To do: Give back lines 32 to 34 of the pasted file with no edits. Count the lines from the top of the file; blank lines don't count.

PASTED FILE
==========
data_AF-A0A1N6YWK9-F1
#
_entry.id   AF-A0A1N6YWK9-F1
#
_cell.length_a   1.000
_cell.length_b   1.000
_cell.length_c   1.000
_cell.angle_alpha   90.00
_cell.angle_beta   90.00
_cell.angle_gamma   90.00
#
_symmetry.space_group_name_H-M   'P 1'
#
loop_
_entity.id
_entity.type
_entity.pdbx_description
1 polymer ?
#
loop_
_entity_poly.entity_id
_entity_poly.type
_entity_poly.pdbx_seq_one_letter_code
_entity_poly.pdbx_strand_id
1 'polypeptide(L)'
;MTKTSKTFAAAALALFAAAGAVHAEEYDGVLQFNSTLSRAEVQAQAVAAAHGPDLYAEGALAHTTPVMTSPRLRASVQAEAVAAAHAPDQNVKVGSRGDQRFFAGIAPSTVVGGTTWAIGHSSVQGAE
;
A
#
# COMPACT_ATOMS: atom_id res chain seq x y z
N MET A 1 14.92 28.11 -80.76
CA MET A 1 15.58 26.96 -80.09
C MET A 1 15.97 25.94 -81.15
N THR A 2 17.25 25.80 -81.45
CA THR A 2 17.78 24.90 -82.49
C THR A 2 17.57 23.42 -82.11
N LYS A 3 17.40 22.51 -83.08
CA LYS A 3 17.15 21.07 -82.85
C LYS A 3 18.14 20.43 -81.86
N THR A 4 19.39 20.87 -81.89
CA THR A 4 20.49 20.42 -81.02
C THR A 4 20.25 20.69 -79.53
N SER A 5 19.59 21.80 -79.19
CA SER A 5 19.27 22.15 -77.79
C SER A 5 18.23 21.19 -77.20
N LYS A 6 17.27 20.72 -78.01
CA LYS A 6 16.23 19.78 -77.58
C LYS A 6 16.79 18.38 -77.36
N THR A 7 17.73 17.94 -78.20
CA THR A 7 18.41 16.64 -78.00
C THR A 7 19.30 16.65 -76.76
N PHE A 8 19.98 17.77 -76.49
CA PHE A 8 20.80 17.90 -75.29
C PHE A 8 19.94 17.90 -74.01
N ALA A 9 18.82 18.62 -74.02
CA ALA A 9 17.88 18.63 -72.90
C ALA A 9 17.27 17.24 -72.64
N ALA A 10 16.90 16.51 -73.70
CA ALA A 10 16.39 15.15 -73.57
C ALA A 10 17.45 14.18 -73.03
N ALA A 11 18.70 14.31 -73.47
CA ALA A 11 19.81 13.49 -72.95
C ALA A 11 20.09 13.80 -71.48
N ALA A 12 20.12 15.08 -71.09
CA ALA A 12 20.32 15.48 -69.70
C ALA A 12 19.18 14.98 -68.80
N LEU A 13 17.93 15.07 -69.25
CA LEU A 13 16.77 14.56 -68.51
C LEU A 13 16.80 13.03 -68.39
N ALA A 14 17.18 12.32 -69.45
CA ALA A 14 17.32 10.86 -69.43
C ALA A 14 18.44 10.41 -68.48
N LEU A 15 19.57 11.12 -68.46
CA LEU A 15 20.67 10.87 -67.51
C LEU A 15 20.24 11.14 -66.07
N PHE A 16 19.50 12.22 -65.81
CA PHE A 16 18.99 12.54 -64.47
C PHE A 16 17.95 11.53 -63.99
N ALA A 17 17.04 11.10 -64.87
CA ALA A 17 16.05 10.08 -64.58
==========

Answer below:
CA MET A 1 15.58 26.96 -80.09
C MET A 1 15.97 25.94 -81.15
N THR A 2 17.25 25.80 -81.45